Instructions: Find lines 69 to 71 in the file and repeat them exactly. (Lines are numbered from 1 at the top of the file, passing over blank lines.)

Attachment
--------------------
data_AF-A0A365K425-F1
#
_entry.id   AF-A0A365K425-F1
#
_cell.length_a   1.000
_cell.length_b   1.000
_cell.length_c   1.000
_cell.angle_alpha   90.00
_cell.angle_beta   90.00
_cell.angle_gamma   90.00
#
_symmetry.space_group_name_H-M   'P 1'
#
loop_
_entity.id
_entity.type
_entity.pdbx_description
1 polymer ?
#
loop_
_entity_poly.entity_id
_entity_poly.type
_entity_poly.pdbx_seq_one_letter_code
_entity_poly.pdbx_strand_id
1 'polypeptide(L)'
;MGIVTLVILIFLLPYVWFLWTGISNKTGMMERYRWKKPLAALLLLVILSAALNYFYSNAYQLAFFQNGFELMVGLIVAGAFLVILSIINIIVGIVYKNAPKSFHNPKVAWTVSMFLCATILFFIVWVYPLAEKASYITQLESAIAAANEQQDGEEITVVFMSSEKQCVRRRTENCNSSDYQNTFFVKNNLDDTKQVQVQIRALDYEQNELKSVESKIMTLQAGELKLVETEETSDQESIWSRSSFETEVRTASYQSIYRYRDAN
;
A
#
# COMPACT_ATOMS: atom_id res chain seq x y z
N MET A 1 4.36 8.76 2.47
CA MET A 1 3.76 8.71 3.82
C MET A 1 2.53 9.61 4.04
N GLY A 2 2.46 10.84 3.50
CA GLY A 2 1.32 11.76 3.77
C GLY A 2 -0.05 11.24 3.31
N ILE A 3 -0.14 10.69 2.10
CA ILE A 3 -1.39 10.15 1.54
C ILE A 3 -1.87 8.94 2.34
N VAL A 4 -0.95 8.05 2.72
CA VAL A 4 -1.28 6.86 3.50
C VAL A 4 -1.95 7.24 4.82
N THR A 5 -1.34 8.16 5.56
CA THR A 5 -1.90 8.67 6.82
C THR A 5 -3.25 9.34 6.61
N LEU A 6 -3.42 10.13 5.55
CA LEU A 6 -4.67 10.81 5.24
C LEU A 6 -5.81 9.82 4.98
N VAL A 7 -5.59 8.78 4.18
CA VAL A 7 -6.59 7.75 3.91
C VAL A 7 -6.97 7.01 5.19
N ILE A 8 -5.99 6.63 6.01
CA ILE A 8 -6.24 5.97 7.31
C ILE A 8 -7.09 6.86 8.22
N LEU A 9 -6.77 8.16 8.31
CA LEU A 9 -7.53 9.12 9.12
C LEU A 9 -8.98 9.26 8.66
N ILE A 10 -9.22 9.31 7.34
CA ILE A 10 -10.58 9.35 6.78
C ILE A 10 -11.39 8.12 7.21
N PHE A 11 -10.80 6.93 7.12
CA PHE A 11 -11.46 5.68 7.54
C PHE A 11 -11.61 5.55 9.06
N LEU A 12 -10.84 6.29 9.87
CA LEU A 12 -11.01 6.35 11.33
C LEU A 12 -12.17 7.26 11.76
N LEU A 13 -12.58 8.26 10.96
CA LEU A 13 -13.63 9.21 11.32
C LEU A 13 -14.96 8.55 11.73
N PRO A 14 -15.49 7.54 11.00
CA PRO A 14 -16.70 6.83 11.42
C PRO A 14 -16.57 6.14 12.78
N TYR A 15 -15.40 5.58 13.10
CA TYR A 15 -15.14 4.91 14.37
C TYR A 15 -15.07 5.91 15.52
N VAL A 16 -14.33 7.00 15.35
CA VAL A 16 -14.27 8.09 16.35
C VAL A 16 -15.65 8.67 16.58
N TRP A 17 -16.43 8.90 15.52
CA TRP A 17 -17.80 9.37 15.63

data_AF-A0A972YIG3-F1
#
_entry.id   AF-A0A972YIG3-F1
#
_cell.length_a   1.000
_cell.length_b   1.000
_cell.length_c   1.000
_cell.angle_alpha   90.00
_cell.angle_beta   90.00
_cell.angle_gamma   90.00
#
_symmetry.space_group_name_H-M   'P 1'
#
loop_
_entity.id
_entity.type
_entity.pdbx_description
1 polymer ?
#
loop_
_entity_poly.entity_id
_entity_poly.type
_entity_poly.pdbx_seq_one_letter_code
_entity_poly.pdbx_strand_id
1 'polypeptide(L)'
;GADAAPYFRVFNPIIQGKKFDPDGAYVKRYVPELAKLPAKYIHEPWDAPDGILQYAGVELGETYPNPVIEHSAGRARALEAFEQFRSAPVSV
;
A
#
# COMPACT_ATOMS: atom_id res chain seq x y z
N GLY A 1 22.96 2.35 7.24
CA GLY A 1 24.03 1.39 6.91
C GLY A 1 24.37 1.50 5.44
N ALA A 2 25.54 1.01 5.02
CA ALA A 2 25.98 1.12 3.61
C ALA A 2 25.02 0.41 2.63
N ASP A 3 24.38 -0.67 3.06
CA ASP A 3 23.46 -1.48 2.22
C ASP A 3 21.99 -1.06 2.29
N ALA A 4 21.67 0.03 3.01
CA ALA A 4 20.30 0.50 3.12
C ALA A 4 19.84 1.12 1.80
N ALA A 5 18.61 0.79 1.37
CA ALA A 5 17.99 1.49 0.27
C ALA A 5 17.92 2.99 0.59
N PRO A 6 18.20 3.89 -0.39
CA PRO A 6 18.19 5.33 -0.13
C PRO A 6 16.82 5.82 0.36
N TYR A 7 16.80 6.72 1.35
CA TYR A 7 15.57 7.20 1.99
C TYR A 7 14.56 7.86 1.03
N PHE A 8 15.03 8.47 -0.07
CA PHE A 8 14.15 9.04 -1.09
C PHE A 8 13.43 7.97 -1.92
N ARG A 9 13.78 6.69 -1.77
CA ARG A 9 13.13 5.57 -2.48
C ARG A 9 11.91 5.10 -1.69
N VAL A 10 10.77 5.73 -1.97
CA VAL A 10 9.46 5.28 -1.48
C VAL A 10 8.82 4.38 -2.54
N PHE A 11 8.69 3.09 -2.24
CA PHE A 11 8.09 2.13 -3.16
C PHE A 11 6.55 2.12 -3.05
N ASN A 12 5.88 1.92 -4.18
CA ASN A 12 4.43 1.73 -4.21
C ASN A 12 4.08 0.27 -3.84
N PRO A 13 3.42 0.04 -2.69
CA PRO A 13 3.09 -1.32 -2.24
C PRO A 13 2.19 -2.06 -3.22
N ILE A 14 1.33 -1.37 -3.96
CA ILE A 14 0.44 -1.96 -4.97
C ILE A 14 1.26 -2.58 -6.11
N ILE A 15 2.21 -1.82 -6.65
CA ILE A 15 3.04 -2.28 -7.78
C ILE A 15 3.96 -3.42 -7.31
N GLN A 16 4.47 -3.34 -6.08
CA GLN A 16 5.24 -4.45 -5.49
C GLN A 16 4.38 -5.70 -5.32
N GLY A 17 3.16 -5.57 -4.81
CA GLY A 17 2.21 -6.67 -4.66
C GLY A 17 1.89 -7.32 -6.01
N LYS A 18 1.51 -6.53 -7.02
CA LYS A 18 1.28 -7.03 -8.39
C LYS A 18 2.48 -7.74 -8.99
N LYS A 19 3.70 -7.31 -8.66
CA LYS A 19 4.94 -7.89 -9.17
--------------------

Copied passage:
C LEU A 13 -14.96 8.55 11.73
N PRO A 14 -15.49 7.54 11.00
CA PRO A 14 -16.70 6.83 11.42